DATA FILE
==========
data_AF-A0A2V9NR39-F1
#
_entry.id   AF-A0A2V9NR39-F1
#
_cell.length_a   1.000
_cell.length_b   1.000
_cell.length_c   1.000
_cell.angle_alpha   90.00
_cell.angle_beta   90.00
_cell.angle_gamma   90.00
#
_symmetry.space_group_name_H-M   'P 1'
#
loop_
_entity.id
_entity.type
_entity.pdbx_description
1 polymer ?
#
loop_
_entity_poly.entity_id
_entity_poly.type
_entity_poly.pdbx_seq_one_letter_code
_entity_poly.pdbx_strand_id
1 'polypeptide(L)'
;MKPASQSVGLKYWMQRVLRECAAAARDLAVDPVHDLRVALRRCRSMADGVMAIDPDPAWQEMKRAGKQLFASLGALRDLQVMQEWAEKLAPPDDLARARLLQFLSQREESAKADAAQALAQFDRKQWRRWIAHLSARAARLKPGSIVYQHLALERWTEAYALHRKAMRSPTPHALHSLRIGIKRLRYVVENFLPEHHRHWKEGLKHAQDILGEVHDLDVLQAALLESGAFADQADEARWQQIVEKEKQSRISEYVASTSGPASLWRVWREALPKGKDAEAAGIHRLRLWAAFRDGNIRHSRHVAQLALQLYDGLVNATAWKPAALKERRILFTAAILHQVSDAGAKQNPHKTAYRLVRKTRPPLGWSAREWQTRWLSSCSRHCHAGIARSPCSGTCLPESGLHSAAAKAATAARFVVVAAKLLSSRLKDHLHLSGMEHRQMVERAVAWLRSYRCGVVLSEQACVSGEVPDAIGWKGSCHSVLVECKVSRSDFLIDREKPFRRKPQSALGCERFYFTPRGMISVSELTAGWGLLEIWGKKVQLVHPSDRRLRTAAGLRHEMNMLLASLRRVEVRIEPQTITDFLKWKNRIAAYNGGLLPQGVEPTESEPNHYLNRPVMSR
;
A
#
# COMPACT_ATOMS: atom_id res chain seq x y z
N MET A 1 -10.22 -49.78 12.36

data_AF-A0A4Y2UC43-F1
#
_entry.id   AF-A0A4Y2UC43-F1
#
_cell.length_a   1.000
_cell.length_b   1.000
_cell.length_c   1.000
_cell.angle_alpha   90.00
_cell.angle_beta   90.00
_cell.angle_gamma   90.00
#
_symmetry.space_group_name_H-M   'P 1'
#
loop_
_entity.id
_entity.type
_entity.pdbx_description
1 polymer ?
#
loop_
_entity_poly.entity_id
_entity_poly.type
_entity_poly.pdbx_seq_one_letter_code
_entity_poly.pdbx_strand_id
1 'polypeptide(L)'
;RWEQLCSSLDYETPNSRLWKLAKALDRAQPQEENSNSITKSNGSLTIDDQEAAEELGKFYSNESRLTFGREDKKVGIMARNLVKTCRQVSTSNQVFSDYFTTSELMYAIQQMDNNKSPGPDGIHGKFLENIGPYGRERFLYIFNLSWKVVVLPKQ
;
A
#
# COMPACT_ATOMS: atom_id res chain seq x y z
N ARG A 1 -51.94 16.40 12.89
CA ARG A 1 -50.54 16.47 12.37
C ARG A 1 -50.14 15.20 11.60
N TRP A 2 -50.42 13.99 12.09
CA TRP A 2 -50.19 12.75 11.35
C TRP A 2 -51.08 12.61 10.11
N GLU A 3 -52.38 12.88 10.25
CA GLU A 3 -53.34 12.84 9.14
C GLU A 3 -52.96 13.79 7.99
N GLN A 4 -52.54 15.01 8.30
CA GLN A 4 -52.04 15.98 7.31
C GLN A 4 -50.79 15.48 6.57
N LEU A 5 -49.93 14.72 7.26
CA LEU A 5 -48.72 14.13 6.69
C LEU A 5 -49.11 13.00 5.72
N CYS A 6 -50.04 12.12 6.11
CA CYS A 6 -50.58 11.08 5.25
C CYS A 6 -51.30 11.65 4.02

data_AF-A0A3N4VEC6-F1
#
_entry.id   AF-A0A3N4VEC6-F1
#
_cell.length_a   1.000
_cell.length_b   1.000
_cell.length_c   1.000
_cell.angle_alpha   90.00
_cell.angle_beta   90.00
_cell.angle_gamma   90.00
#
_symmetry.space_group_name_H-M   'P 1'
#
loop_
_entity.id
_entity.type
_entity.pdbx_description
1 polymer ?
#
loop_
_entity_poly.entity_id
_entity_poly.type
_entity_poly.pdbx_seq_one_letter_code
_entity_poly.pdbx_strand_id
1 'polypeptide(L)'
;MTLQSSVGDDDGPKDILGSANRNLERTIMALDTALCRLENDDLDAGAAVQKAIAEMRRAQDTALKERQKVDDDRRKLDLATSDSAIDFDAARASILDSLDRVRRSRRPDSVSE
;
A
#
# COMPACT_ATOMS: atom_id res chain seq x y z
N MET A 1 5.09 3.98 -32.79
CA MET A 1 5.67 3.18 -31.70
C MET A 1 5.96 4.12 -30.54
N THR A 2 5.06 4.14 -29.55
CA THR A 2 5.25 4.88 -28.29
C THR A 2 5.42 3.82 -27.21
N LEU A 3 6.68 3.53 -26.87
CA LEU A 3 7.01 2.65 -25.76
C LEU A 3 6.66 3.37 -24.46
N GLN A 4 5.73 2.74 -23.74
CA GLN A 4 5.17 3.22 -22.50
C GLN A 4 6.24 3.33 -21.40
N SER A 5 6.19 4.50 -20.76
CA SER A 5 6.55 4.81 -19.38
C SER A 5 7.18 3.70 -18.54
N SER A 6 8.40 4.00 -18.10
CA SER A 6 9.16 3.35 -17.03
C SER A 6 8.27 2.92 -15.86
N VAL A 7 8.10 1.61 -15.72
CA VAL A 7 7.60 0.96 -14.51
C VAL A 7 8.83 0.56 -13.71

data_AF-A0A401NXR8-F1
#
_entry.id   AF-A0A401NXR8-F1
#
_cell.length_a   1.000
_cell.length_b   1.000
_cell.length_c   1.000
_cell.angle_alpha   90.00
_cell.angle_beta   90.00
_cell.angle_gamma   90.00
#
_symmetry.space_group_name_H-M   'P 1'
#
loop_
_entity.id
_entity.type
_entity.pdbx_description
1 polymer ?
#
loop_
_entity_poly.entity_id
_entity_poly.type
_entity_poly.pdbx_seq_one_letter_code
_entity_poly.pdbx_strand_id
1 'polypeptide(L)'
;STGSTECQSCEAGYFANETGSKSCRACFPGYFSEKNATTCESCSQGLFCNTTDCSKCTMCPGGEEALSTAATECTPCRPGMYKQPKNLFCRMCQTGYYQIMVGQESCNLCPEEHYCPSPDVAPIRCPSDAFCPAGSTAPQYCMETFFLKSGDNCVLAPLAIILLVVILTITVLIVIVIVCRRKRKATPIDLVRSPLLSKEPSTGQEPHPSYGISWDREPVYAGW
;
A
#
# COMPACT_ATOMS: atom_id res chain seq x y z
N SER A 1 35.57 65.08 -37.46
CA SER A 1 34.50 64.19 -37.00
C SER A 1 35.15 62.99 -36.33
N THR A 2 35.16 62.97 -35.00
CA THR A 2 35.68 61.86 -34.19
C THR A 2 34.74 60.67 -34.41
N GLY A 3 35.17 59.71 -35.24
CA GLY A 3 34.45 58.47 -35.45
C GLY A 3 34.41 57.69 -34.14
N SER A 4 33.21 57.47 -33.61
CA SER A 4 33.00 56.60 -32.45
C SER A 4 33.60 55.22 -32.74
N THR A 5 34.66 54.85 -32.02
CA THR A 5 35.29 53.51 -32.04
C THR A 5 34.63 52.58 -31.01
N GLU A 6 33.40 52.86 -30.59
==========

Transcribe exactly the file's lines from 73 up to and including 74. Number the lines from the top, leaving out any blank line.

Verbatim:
C GLN A 4 -50.79 15.48 6.57
N LEU A 5 -49.93 14.72 7.26